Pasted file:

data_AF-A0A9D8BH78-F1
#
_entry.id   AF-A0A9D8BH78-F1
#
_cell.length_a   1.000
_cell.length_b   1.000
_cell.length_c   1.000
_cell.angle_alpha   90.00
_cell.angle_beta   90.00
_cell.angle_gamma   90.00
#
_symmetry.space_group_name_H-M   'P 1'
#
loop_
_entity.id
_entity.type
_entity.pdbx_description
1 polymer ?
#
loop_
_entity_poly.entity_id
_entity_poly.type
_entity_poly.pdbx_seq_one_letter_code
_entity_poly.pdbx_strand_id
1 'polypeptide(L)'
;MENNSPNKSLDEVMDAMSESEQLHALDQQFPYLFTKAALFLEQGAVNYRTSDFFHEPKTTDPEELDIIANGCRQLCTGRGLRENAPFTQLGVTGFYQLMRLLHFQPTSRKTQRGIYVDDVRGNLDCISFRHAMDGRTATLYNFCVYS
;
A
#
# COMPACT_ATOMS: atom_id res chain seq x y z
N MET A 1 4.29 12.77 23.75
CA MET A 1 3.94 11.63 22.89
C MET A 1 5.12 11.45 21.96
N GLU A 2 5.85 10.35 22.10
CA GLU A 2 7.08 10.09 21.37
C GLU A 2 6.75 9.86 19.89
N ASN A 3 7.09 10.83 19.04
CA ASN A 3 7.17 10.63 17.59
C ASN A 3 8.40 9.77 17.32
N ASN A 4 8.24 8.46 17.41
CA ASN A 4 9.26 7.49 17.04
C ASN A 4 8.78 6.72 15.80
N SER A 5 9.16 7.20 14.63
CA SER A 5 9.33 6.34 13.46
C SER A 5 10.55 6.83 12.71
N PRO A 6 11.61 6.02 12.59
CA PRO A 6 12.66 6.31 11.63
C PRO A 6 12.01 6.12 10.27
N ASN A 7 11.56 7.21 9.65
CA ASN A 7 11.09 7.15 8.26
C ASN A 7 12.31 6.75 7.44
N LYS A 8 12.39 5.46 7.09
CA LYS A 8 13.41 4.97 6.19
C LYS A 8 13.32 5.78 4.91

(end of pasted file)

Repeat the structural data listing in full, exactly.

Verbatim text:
data_AF-A0A9D8BH78-F1
#
_entry.id   AF-A0A9D8BH78-F1
#
_cell.length_a   1.000
_cell.length_b   1.000
_cell.length_c   1.000
_cell.angle_alpha   90.00
_cell.angle_beta   90.00
_cell.angle_gamma   90.00
#
_symmetry.space_group_name_H-M   'P 1'
#
loop_
_entity.id
_entity.type
_entity.pdbx_description
1 polymer ?
#
loop_
_entity_poly.entity_id
_entity_poly.type
_entity_poly.pdbx_seq_one_letter_code
_entity_poly.pdbx_strand_id
1 'polypeptide(L)'
;MENNSPNKSLDEVMDAMSESEQLHALDQQFPYLFTKAALFLEQGAVNYRTSDFFHEPKTTDPEELDIIANGCRQLCTGRGLRENAPFTQLGVTGFYQLMRLLHFQPTSRKTQRGIYVDDVRGNLDCISFRHAMDGRTATLYNFCVYS
;
A
#
# COMPACT_ATOMS: atom_id res chain seq x y z
N MET A 1 4.29 12.77 23.75
CA MET A 1 3.94 11.63 22.89
C MET A 1 5.12 11.45 21.96
N GLU A 2 5.85 10.35 22.10
CA GLU A 2 7.08 10.09 21.37
C GLU A 2 6.75 9.86 19.89
N ASN A 3 7.09 10.83 19.04
CA ASN A 3 7.17 10.63 17.59
C ASN A 3 8.40 9.77 17.32
N ASN A 4 8.24 8.46 17.41
CA ASN A 4 9.26 7.49 17.04
C ASN A 4 8.78 6.72 15.80
N SER A 5 9.16 7.20 14.63
CA SER A 5 9.33 6.34 13.46
C SER A 5 10.55 6.83 12.71
N PRO A 6 11.61 6.02 12.59
CA PRO A 6 12.66 6.31 11.63
C PRO A 6 12.01 6.12 10.27
N ASN A 7 11.56 7.21 9.65
CA ASN A 7 11.09 7.15 8.26
C ASN A 7 12.31 6.75 7.44
N LYS A 8 12.39 5.46 7.09
CA LYS A 8 13.41 4.97 6.19
C LYS A 8 13.32 5.78 4.91